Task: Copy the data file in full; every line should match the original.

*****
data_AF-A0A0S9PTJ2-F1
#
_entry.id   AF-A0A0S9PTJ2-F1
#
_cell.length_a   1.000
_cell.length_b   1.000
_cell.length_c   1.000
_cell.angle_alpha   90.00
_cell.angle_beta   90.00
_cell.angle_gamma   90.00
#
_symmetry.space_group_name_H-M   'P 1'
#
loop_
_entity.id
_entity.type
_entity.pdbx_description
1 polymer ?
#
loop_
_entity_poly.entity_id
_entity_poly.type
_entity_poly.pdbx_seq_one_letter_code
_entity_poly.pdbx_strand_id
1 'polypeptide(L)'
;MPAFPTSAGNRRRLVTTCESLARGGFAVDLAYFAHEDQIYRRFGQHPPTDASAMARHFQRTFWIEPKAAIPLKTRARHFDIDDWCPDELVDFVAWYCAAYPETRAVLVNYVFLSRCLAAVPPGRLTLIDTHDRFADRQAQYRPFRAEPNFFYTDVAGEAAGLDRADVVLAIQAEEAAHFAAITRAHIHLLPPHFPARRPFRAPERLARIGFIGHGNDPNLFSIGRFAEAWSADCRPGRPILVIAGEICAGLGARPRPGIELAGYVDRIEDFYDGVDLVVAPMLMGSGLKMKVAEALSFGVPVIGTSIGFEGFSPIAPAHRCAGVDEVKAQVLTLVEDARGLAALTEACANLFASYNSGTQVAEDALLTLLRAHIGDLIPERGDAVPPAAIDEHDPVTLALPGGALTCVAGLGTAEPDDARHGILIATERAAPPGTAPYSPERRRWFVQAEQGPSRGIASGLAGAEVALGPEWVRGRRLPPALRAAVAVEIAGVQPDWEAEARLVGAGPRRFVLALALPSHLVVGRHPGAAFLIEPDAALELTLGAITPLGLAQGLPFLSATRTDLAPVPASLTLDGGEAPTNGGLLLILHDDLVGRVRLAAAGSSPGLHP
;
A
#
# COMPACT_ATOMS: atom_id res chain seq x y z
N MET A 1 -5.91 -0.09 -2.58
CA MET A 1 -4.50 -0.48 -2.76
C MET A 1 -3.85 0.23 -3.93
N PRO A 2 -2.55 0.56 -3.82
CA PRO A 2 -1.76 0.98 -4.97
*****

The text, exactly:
data_AF-A0A0S9PTJ2-F1
#
_entry.id   AF-A0A0S9PTJ2-F1
#
_cell.length_a   1.000
_cell.length_b   1.000
_cell.length_c   1.000
_cell.angle_alpha   90.00
_cell.angle_beta   90.00
_cell.angle_gamma   90.00
#
_symmetry.space_group_name_H-M   'P 1'
#
loop_
_entity.id
_entity.type
_entity.pdbx_description
1 polymer ?
#
loop_
_entity_poly.entity_id
_entity_poly.type
_entity_poly.pdbx_seq_one_letter_code
_entity_poly.pdbx_strand_id
1 'polypeptide(L)'
;MPAFPTSAGNRRRLVTTCESLARGGFAVDLAYFAHEDQIYRRFGQHPPTDASAMARHFQRTFWIEPKAAIPLKTRARHFDIDDWCPDELVDFVAWYCAAYPETRAVLVNYVFLSRCLAAVPPGRLTLIDTHDRFADRQAQYRPFRAEPNFFYTDVAGEAAGLDRADVVLAIQAEEAAHFAAITRAHIHLLPPHFPARRPFRAPERLARIGFIGHGNDPNLFSIGRFAEAWSADCRPGRPILVIAGEICAGLGARPRPGIELAGYVDRIEDFYDGVDLVVAPMLMGSGLKMKVAEALSFGVPVIGTSIGFEGFSPIAPAHRCAGVDEVKAQVLTLVEDARGLAALTEACANLFASYNSGTQVAEDALLTLLRAHIGDLIPERGDAVPPAAIDEHDPVTLALPGGALTCVAGLGTAEPDDARHGILIATERAAPPGTAPYSPERRRWFVQAEQGPSRGIASGLAGAEVALGPEWVRGRRLPPALRAAVAVEIAGVQPDWEAEARLVGAGPRRFVLALALPSHLVVGRHPGAAFLIEPDAALELTLGAITPLGLAQGLPFLSATRTDLAPVPASLTLDGGEAPTNGGLLLILHDDLVGRVRLAAAGSSPGLHP
;
A
#
# COMPACT_ATOMS: atom_id res chain seq x y z
N MET A 1 -5.91 -0.09 -2.58
CA MET A 1 -4.50 -0.48 -2.76
C MET A 1 -3.85 0.23 -3.93
N PRO A 2 -2.55 0.56 -3.82
CA PRO A 2 -1.76 0.98 -4.97